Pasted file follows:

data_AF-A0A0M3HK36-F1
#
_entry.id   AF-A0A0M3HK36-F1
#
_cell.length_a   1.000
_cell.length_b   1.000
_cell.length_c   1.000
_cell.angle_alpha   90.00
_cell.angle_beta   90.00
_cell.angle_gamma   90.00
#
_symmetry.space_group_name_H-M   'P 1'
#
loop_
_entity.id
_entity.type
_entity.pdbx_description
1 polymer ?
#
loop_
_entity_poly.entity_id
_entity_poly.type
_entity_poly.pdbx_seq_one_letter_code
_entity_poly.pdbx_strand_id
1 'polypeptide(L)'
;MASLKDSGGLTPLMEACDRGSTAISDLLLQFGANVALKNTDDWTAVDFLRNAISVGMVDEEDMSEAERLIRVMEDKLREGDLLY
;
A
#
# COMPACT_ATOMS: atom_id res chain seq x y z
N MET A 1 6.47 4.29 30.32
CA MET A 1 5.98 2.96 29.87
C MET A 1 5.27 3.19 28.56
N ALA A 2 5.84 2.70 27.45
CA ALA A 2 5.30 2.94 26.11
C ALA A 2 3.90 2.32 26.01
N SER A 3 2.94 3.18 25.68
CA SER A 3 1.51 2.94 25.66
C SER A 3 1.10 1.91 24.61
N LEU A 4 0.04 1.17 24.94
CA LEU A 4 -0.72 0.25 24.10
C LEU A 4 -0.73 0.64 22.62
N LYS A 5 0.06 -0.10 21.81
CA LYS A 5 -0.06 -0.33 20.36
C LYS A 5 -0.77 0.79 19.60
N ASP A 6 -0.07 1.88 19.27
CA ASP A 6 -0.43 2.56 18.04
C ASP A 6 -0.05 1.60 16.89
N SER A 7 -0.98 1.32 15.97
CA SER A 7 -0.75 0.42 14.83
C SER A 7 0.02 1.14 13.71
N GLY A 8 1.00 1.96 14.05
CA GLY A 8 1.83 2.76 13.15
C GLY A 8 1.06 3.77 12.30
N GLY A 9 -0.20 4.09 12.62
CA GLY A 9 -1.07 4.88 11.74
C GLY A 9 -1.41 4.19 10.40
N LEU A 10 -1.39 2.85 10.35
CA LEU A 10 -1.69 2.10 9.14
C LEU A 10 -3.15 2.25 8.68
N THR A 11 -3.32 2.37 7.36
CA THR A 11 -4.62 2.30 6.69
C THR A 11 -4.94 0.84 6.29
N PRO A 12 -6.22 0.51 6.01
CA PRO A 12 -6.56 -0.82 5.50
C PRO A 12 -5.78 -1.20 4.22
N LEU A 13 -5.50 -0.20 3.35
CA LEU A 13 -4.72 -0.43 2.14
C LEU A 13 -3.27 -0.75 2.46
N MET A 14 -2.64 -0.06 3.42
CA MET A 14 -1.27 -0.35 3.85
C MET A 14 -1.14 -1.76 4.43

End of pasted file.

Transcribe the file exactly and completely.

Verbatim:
data_AF-A0A0M3HK36-F1
#
_entry.id   AF-A0A0M3HK36-F1
#
_cell.length_a   1.000
_cell.length_b   1.000
_cell.length_c   1.000
_cell.angle_alpha   90.00
_cell.angle_beta   90.00
_cell.angle_gamma   90.00
#
_symmetry.space_group_name_H-M   'P 1'
#
loop_
_entity.id
_entity.type
_entity.pdbx_description
1 polymer ?
#
loop_
_entity_poly.entity_id
_entity_poly.type
_entity_poly.pdbx_seq_one_letter_code
_entity_poly.pdbx_strand_id
1 'polypeptide(L)'
;MASLKDSGGLTPLMEACDRGSTAISDLLLQFGANVALKNTDDWTAVDFLRNAISVGMVDEEDMSEAERLIRVMEDKLREGDLLY
;
A
#
# COMPACT_ATOMS: atom_id res chain seq x y z
N MET A 1 6.47 4.29 30.32
CA MET A 1 5.98 2.96 29.87
C MET A 1 5.27 3.19 28.56
N ALA A 2 5.84 2.70 27.45
CA ALA A 2 5.30 2.94 26.11
C ALA A 2 3.90 2.32 26.01
N SER A 3 2.94 3.18 25.68
CA SER A 3 1.51 2.94 25.66
C SER A 3 1.10 1.91 24.61
N LEU A 4 0.04 1.17 24.94
CA LEU A 4 -0.72 0.25 24.10
C LEU A 4 -0.73 0.64 22.62
N LYS A 5 0.06 -0.10 21.81
CA LYS A 5 -0.06 -0.33 20.36
C LYS A 5 -0.77 0.79 19.60
N ASP A 6 -0.07 1.88 19.27
CA ASP A 6 -0.43 2.56 18.04
C ASP A 6 -0.05 1.60 16.89
N SER A 7 -0.98 1.32 15.97
CA SER A 7 -0.75 0.42 14.83
C SER A 7 0.02 1.14 13.71
N GLY A 8 1.00 1.96 14.05
CA GLY A 8 1.83 2.76 13.15
C GLY A 8 1.06 3.77 12.30
N GLY A 9 -0.20 4.09 12.62
CA GLY A 9 -1.07 4.88 11.74
C GLY A 9 -1.41 4.19 10.40
N LEU A 10 -1.39 2.85 10.35
CA LEU A 10 -1.69 2.10 9.14
C LEU A 10 -3.15 2.25 8.68
N THR A 11 -3.32 2.37 7.36
CA THR A 11 -4.62 2.30 6.69
C THR A 11 -4.94 0.84 6.29
N PRO A 12 -6.22 0.51 6.01
CA PRO A 12 -6.56 -0.82 5.50
C PRO A 12 -5.78 -1.20 4.22
N LEU A 13 -5.50 -0.20 3.35
CA LEU A 13 -4.72 -0.43 2.14
C LEU A 13 -3.27 -0.75 2.46
N MET A 14 -2.64 -0.06 3.42
CA MET A 14 -1.27 -0.35 3.85
C MET A 14 -1.14 -1.76 4.43